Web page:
• The buyer’s responsibilities for maintenance and upkeep
  • Warranty coverage and procedures
  • The larger community in which the home is located.


When you buy a new appliance or piece of equipment, such as a washing machine, you usually have to read the instructions before you can understand how to use all of the features. With a new house, you will be receiving a stack of instruction booklets all at once. It helps if someone can take the time to show you how to operate all of the kitchen appliances, the heating and cooling systems, the water heater and other features in the home. Such an orientation is particularly useful considering that when moving into a new home; people often are so busy that they have trouble finding time to read instruction booklets.

Learning about maintenance and upkeep responsibilities is very important. Most new homes come with a one-year warranty on workmanship and materials. However, such warranties do not cover problem that develop because of a failure to perform required maintenance. Many builders provide a booklet explaining common upkeep responsibilities and how to perform them.

Should a warranted problem arise after you move in, the builder is likely to have a set of warranty service procedures to follow. Except in emergencies, requests for service should be in writing. This is not because the builder is trying to be bureaucratic. Rather, it is to ensure that everyone clearly understands the service to be performed. The person receiving a service request is not likely to be the person performing the work, and you don’t want to rely on word of mouth for transmission of your service order.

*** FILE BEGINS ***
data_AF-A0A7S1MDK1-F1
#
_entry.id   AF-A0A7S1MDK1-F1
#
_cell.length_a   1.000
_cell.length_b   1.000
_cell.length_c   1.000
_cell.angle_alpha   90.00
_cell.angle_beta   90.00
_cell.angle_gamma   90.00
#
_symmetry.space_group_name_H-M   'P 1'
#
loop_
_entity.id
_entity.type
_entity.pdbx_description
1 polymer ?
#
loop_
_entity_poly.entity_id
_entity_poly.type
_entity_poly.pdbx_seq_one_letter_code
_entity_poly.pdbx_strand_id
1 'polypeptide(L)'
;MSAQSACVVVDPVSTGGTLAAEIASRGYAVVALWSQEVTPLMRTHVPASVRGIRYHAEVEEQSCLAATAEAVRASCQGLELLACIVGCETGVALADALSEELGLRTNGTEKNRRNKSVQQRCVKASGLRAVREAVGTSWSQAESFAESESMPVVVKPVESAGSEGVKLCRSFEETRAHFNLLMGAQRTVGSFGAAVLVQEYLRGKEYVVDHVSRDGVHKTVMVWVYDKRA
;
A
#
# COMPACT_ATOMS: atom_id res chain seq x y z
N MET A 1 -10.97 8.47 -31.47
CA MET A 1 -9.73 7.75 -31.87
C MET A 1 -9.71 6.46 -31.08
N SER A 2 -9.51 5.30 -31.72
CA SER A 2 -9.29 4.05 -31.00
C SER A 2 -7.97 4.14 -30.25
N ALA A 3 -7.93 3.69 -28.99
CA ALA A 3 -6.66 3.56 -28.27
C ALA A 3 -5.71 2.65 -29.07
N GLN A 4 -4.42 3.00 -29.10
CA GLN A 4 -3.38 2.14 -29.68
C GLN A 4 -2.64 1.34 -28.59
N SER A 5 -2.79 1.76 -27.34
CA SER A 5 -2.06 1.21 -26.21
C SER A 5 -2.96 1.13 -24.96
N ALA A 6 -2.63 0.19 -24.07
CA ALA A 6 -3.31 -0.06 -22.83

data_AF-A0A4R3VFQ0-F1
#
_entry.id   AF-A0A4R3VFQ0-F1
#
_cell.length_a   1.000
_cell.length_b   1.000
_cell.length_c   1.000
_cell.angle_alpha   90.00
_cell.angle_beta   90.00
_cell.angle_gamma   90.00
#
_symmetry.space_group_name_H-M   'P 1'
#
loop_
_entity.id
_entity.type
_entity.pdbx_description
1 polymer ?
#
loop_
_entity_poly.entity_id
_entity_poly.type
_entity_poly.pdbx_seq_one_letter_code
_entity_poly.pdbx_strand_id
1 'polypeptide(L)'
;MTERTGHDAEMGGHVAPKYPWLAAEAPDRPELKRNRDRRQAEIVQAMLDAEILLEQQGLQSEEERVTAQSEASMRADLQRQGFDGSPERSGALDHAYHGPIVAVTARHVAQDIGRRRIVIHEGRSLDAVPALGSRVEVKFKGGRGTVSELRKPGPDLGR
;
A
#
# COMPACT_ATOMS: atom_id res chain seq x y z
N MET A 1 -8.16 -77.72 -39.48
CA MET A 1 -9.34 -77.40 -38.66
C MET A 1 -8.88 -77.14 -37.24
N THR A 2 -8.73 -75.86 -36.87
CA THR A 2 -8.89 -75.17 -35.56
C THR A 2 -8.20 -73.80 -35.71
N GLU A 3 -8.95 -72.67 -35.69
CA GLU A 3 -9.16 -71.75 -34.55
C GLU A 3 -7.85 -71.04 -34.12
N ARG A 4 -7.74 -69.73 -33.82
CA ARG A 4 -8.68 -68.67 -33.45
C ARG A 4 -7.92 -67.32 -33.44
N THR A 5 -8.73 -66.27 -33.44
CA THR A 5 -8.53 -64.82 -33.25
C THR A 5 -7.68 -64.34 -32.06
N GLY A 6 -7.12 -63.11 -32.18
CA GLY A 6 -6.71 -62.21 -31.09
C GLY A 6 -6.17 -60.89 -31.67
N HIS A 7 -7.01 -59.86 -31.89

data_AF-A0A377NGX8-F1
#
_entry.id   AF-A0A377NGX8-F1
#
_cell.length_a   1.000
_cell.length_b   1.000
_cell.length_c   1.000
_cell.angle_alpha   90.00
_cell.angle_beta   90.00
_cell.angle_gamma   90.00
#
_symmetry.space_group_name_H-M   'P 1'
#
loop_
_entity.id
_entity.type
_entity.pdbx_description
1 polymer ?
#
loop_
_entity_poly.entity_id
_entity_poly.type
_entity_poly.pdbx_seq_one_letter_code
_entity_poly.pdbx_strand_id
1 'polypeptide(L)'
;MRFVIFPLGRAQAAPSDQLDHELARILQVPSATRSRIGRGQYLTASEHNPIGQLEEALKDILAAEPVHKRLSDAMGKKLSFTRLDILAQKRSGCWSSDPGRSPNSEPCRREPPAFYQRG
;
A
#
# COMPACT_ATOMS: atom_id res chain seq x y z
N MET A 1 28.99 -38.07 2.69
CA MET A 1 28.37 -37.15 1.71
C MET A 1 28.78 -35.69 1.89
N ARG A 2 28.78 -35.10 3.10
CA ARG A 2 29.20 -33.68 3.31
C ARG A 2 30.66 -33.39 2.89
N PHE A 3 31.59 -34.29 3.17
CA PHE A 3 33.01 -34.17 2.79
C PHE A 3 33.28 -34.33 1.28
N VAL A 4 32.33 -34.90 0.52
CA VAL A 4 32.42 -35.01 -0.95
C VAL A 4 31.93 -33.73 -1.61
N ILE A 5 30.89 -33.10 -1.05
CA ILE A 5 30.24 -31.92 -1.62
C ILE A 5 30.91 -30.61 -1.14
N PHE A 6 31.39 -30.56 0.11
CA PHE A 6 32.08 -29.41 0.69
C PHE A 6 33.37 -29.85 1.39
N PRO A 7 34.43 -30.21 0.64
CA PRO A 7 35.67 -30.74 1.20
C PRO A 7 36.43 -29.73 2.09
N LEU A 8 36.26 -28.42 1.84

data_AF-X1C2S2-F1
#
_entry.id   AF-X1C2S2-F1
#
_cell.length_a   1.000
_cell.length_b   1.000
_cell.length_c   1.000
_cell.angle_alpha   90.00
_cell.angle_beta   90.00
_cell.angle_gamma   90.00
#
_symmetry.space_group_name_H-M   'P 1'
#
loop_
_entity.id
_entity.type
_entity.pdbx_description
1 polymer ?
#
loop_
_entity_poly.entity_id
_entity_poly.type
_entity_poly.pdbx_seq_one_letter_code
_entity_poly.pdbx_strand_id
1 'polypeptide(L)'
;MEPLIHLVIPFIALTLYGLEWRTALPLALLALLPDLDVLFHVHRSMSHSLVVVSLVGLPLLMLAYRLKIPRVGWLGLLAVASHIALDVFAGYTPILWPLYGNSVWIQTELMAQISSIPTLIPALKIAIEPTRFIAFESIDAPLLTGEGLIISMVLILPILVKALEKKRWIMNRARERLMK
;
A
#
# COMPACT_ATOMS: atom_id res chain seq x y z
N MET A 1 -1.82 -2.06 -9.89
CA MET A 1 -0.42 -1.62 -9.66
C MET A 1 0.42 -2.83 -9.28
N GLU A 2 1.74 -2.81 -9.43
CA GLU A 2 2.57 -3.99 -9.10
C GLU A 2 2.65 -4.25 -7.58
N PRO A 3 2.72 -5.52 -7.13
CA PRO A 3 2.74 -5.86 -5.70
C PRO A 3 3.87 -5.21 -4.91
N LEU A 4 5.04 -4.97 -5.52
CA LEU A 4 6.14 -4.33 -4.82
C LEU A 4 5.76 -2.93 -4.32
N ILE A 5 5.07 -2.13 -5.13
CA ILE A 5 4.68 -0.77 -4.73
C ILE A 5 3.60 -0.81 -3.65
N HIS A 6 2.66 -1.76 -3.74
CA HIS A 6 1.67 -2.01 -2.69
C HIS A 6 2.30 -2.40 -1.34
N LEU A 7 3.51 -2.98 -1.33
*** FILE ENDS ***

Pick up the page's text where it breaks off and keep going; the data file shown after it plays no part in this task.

Many builders schedule two visits during the first year – one near the beginning and the other near the end – to make necessary adjustments and to perform work of a non-emergency nature. Some minor problems occur because of the natural settling of the house and are best addressed in one visit near the end of the first year.

If you have moved to a new home from a nearby area, you probably will not spend much time at the walk-though talking about the larger community in which the home located. However, if you are moving to a new community, a builder can often provide a packet of material to help you become acclimated.

With respect to inspecting the house, an effective way to handle this is with a checklist. The list should include everything that needs attention, and you and your builder should agree to a timetable for repairs.

Builders prefer to remedy problems before you move in, because it is easier for them to work in an empty house. Some items may have to be corrected after move-in. For instance, if your walk-through is in the winter, your builder may have to delay landscaping adjustments until spring.

It is important that you be very thorough and observant during the walk-through. Carefully examine all surfaces of counters, fixtures, floors and walls for possible damage.

Sometimes, disputes arise because a buyer may discover a gouge in a counter top after move-in, and there is no way to prove whether it was caused by the builder’s workers or the buyer’s movers.

Many builders ask their buyers to sign a form at the walk-through stating that all surfaces have been inspected and that there was no damage other than what has been noted on the walk-through checklist. Ask a lot of questions during the walk-through and take notes on the answers.

Never be afraid to ask too many questions. That is how you learn. It is important to view the walk-through as a positive learning experience that will enhance your enjoyment of your home.